Liang H, Zeng F* and Mao J
Institute of Plant Protection, Chinese Academy of Agricultural Sciences, Yuan Ming Yuan, Haidian District, Beijing, PR China
Received date: 22 July 2015; Accepted date: 21 September 2015; Published date: 25 September 2015
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The interaction of microbial symbionts and Geocoris pallidipennis (Costa) was investigated. The study identified the microbial symbionts in the host insect, G.pallidipennis by 16S rDNA sequence analyses. The results showed that major symbiotic bacteria in G. pallidipennis were Wolbachia, Lactobacillus and Uncultured bacterium. The microbial symbionts in G. pallidipennis had significant effects on physiology and development of the host. The developmental times for 1st instar, 5th instar and preoviposition of G. pallidipennis in rifampin treatment (removal of microbial symbionts) were significantly longer compared with those of the control. In addition, female weight, average egg production per female each day and egg hatching rate in the treatment (removal of microbial symbionts) were significantly lower than those of the control. The results from current study indicate that the microbial symbionts in G. pallidipennis have significantly favorable effects on host physiology and promote the growth and fecundity of G. pallidipennis.
Geocoris pallidipennis, Wolbachia, Growth, Fecundity
Microbial symbionts were special microorganisms that long-term live together with the host. The hosts provide suitable environment and nutrients for symbiotic bacteria [1-4]. The symbiotic bacteria may provide host with essential amino acids and other nutrients by biosynthesis [5,6], the symbiotic bacteria can also help the host to degrade hazardous substances [7,8]. Insect symbiotic bacteria play important roles in the growth, development, food digestion, nutrient absorption and environmental adaptation of host insects [9-12]. In addition, the symbiotic bacteria spread through the cytoplasm of eggs to regulate the growth and ovarian development of the insect host was also reported [13,14].
Wolbachia was one of the most known symbiotic bacteria found in insect hosts .The infection rate of Wolbachia in insects, mites, crustaceans and nematodes [16,17] is common [18-20] Weinert et al.  reported the diversity and incidence of bacterial symbionts in ladybird beetles, and conclude that Rickettsia, Wolbachia and Spiroplasma were all can be found among ladybird beetles. Kikuchi and Fukatsu (2003) explored the presence of Wolbachia in Heteroptera bug and revealed several novel lineages of Wolbachia. Pike and Kingcombe (2009) revealed that Wolbachia was responsible for a huge variety of reproductive peculiarities. Wolbachia in Drosophila species also caused cytoplasmic incompatility , and in Aedes albopictus accelerated cytoplasmic drive . In addition, Wolbachia in D. melanogaster had significantly favorable effects on survival rate and fecundity . Besides, the reproduction  and population conformity , the egg and larval survival rate [27, 28] were also enhanced by Wolbachia. Because of Wolbachia's ability to alter host reproduction, Wolbachia may have potential application in biological control.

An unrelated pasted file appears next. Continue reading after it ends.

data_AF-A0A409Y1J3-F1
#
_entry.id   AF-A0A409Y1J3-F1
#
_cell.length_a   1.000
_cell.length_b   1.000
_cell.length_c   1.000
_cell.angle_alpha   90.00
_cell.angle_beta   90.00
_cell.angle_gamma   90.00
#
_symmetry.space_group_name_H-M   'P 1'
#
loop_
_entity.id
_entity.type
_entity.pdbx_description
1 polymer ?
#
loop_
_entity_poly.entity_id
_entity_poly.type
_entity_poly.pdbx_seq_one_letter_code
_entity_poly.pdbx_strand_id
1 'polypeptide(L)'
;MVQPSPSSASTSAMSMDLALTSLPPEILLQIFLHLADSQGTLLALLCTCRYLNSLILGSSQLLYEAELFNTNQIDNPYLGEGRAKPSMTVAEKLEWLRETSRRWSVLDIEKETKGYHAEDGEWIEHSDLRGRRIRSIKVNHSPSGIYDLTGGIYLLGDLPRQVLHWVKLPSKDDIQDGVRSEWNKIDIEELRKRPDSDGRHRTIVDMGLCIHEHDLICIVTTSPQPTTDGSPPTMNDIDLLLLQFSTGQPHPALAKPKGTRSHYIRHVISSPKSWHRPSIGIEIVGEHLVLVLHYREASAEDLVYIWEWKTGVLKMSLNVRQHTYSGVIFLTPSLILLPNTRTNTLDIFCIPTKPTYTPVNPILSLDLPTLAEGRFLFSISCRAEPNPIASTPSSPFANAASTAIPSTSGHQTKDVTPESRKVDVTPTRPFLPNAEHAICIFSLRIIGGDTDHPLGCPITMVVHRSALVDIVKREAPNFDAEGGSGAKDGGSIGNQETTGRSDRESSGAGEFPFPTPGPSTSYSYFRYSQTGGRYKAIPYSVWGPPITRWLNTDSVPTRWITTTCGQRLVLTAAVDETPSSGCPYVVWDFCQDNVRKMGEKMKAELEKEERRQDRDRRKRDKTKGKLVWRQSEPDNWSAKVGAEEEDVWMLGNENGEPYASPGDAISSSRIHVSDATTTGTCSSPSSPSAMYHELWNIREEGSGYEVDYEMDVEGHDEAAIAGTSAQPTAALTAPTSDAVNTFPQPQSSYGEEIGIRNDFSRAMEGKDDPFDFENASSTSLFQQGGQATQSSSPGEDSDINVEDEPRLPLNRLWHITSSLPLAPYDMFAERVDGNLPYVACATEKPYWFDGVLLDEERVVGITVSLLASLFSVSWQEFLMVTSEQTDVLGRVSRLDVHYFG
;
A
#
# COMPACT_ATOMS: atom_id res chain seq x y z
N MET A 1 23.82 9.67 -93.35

Geocoris pallidipennis (Costa) is one of important predaceous insects in Hemiptera, Lygaeidae. It is one of important natural enemies of many insect pests and it can prey on woolly aphids, leafhopper, cotton bollworm eggs and small larvae of Lepidoptera. Zheng and Dong (1996) found out that G. pallidipennis is one of the main natural enemies for controlling insect pests in cotton fields. A few characteristics of morphology, biology, ecology and predaceous function of G. pallidipennis were reported [30,31]. However, no interaction of Wolbachia and G. pallidipennis is reported. The goal of the study was to characterize the microbial symbiont community of G. pallidipennis, and to assess whether the symbionts might be important for host development and reproduction.
16S rDNA sequence analyses: The genome DNA was isolated from G. pallidipennis by TIANamp Genomic DNA Kit (Tiangen®, Beijing, China) and used as template. The high fidelity Taq polymerase (TransGen Biotech, Beijing, China) was employed for the following PCR. The primers were 27 F (5'-AGAGTTTGATCCTGGCTCAG-3') and 1492 R (5'-TACGGTTACCTTGTTACGACTT-3')  (synthetic by Biological engineering of Beijing, China). Each reaction was run for 30 cycles. Reaction in each cycle was denaturation at 94°C for 30 s, annealing at 51.3°C for 45 s and extension at 72°C for 2 min (10 min extension for the last cycle). The products of PCR were detected by 1% gel electrophoresis and cloned into PMD19-T vector (Takala, Dalian, China) to construct recombinant vector. The positive clones identified by PCR verification were sequenced into DH5a (TransGen Biotech, Beijing, China) competent cells after electrotransformation. The plasmid of positive clones was extracted by TIANprep Mini Plasmid Kit (Tiangen®, Beijing, China), and analyzed by restriction enzymes MspI (Tiangen®, Beijing, China). The enzyme system includes the following: plasmid 4 μl, 10× T Buffer 2 μl, BSA 2 μl, MspI 1 μl, ddH2O 11 μl. The enzyme reaction was carried out at 37°C for 16 h. The digest products were separated by electrophoresis on a 2% gel.